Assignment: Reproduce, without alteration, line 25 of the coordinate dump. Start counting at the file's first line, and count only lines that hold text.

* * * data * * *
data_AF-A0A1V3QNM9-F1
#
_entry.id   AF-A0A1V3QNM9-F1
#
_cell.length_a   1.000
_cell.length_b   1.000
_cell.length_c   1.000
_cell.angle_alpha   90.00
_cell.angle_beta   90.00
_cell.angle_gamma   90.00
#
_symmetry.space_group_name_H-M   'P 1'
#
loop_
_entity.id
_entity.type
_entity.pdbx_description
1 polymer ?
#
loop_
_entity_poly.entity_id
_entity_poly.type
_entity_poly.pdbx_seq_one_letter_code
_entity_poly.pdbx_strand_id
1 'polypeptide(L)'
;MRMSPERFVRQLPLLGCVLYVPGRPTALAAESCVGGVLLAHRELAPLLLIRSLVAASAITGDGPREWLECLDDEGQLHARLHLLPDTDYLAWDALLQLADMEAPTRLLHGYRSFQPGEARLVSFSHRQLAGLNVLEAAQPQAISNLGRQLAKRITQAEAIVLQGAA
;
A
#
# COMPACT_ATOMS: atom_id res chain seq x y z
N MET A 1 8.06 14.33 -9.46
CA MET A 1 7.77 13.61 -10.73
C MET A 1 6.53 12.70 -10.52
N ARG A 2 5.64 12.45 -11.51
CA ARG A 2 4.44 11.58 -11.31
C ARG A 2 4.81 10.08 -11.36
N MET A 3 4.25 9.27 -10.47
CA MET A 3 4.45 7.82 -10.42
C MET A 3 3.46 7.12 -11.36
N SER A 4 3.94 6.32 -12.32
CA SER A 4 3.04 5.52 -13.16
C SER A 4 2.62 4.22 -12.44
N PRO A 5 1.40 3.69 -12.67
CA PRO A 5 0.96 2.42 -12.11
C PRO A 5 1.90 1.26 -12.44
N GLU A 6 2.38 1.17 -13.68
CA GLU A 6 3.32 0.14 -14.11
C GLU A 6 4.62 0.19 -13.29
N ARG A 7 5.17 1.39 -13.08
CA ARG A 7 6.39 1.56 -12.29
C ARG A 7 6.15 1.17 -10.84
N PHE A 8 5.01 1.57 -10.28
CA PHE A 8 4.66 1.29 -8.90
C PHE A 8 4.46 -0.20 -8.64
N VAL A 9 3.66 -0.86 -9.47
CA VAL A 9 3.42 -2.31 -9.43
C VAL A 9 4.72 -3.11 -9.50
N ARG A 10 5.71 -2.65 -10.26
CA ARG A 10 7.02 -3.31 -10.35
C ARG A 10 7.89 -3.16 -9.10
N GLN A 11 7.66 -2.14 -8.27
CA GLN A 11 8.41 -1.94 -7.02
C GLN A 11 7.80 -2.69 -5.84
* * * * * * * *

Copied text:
1 'polypeptide(L)'